25 Greatest Christmas Songs Countdown: #14 Christmas in Hollis

December 12, 2011 13 comments

That first disc in the A Very Special Christmas series… that turned out to be pretty huge for Christmas music. A lot of the songs on there have become standards, pretty much. Anybody know if the songs were recorded just for the album, or if the album was compiled from already existing material? I have the idea that the former is the case. There’s good stuff on the second and third albums in this series, too, but that’s where I got off the bus; didn’t see anything on the subsequent entries that made me want to buy ’em.

On that first disc, there was only one original song, and this is it. It’s also the song I’d save if I could only keep one. (A strong second: Madonna’s cover of “Santa Baby”. The more I hear Eartha Kitt’s original version, with Eartha droning on like she doesn’t understand what she’s singing, the more I appreciate Madonna’s audible playfulness. Yeah, I know a lot of people don’t like it.)

Enjoy some chicken and collard greens in honour of Run-DMC’s Christmas in Hollis.

#25: Sleigh Ride
#24: Huron Carol
#23: Let It Snow! Let It Snow! Let It Snow!/Count Your Blessings/We Wish You a Merry Christmas
#22: The Twelve Days of Christmas
#21: I Wish It Could Be Christmas Everyday
#20: Fuck Christmas
#19: Jingle Bell Rock
#18: What’s This? & Making Christmas
#17: Oi! To the World
#16: God Rest Ye Merry, Gentlemen
#15: Blue Christmas

25 Greatest Christmas Songs Countdown: #15 Blue Christmas

December 11, 2011 16 comments

Back in the first entry of this list, I said that “Sleigh Ride” was one of two Christmas songs that there were, it seemed, no bad versions of. “Blue Christmas” is the other one.

Elvis Presley looms large here, of course; it’s kind of his song. But Elvis doesn’t seem all that Christmassy to me and I’ve heard many other versions I prefer. Not that Elvis does a bad job with it, or anything; if that’s your preference then I have no dispute with you. But you’ll be doing all right with someone else too.

We’ve got songs called “Blue Christmas”, “White Christmas,” “Green Christmas,” and I think there’s a horror movie called, “Black Christmas”. Have any other colours been covered? Is there a “Red Christmas”? (And if so, what the flip is it about?)

Let’s have a big hand for everyone who’s ever taken a stab at “Blue Christmas“, and many more.

#25: Sleigh Ride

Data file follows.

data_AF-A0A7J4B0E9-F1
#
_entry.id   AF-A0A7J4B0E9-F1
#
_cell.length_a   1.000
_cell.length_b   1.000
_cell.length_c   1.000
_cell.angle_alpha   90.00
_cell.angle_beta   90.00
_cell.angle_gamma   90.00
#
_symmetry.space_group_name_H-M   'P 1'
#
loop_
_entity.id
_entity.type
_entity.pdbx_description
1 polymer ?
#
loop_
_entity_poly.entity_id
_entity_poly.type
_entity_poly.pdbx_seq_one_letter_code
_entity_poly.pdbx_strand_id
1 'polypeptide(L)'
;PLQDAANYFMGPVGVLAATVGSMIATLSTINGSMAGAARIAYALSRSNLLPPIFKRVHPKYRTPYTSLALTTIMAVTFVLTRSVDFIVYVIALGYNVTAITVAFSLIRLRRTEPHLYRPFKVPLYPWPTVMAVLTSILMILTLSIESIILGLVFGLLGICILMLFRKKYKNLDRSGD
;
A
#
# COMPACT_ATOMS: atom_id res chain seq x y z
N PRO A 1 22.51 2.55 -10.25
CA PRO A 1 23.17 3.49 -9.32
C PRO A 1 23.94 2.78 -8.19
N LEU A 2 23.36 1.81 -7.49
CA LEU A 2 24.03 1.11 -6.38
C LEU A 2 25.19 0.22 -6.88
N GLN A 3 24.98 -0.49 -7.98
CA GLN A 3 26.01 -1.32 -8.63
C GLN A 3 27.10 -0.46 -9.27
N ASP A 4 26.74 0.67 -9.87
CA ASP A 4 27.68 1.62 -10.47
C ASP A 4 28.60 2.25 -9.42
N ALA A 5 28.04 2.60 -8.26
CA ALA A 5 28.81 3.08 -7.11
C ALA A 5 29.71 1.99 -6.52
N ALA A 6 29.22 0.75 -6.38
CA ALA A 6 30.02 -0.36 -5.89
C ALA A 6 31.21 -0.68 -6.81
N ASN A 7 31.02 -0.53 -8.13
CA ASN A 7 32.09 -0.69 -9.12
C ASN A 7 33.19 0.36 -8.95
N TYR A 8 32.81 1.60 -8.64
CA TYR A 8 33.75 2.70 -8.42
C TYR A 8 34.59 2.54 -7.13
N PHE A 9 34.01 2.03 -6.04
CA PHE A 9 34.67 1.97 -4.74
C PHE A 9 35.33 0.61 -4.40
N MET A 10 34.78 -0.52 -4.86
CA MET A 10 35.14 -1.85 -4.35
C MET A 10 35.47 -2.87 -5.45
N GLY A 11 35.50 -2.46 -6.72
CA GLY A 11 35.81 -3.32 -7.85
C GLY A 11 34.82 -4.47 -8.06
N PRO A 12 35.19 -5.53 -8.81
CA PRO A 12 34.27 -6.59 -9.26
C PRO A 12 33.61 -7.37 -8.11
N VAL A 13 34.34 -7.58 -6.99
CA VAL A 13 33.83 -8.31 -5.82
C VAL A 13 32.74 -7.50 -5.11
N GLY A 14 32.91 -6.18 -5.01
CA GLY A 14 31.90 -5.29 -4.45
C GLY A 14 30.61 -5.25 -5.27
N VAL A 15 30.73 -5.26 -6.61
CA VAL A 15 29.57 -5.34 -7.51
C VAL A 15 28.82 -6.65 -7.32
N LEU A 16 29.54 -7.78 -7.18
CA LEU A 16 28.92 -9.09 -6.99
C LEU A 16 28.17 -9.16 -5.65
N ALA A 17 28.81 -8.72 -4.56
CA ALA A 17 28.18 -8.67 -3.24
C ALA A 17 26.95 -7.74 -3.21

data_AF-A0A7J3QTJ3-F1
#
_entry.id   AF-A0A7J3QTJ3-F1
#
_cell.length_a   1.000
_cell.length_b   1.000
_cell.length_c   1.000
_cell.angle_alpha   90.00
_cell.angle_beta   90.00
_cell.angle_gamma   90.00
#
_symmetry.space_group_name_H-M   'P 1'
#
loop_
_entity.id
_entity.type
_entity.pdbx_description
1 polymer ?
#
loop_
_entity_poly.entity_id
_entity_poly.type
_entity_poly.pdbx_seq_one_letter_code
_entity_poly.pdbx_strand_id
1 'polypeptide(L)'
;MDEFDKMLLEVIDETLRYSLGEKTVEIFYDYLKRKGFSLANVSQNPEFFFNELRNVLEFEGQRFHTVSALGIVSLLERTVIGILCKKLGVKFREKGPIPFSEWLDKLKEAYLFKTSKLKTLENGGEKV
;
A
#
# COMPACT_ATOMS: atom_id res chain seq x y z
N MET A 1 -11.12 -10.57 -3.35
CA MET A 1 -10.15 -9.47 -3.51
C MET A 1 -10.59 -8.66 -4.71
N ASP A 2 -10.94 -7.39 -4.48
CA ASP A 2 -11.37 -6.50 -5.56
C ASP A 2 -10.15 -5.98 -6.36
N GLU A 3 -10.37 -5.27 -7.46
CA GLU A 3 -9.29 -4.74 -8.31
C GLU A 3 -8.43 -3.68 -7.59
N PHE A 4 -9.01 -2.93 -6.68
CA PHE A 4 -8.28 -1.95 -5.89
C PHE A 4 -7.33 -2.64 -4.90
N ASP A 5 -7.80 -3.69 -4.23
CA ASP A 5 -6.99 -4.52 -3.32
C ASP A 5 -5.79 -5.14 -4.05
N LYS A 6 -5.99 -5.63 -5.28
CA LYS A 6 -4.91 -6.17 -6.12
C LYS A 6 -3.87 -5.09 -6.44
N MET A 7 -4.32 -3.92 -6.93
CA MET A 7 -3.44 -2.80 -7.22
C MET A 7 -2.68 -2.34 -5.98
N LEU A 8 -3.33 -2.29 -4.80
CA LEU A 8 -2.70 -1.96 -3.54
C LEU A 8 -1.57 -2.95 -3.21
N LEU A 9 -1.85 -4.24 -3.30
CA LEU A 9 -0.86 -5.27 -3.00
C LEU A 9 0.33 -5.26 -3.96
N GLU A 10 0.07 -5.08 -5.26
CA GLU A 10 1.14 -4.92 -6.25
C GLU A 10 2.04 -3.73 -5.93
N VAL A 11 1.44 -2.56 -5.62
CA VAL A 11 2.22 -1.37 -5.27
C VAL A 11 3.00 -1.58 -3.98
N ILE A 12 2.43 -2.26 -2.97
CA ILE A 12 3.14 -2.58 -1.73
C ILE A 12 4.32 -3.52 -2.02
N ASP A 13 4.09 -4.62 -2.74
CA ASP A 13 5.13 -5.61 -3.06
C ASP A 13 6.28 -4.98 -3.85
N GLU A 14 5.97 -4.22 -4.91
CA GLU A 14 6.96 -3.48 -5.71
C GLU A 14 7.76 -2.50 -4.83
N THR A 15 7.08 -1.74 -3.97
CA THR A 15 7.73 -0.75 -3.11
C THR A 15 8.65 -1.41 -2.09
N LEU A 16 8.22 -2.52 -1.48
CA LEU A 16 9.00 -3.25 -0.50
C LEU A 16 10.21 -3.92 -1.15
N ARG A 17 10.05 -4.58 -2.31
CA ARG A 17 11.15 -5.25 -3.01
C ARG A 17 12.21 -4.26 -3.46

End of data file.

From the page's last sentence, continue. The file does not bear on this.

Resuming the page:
#24: Huron Carol
#23: Let It Snow! Let It Snow! Let It Snow!/Count Your Blessings/We Wish You a Merry Christmas
#22: The Twelve Days of Christmas
#21: I Wish It Could Be Christmas Everyday
#20: Fuck Christmas
#19: Jingle Bell Rock
#18: What’s This? & Making Christmas
#17: Oi! To the World
#16: God Rest Ye Merry, Gentlemen

25 Greatest Christmas Songs Countdown: #16 God Rest Ye Merry, Gentlemen

December 10, 2011 15 comments

So a couple of days ago when I talked about how Christmas tended to absorb whatever drifted across its bow, one thing I could have mentioned but didn’t was Christianity. I don’t think it’s obscure information that Christmas started off as a pagan winter-solstice festival that got co-opted by Christianity sometime in the past twenty centuries, on the theory that pagans would be more likely to go along with Christianity if they got to keep their same holidays with a new coat of paint.

In other words, when you see the slogan “Jesus Is the Reason for the Season,” it’s not quite right. The days getting longer again is the main reason for the season. Jesus is… well, we shouldn’t overstate the case. The nativity story is, by now, legitimately a big part of Christmas. Not the only part. But certainly a big part. And that’s okay with me.

I mean, I am no kind of a religious guy. Not at all. And I don’t get any more so just because it’s Christmas. But I have to admit that a lot of the Christmas songs that do emphasize the birth of Jesus are really good.

So light a candle for one of the best ones, “God Rest Ye Merry, Gentlemen.” You probably know it pretty well, so select the version of your choice.

#25: Sleigh Ride
#24: Huron Carol
#23: Let It Snow! Let It Snow! Let It Snow!/Count Your Blessings/We Wish You a Merry Christmas
#22: The Twelve Days of Christmas
#21: I Wish It Could Be Christmas Everyday
#20: Fuck Christmas
#19: Jingle Bell Rock
#18: What’s This? & Making Christmas
#17: Oi! To the World

25 Greatest Christmas Songs Countdown: #17 Oi! To the World

December 9, 2011 20 comments

One of the songs that people have suggested for this, that I keep seeing mentioned as a big favourite by this person here or that group of listeners there, is “Fairytale of New York,” by the Pogues and Kirsty MacColl. I am sorry to say that it is not to be. I’ve listened to it more than once and am perfectly willing to admit that it’s a good song, and if I kept listening to it I might rate it even higher than that, but I can’t call it a good Christmas song. It’s, you know, gritty and kind of sordid.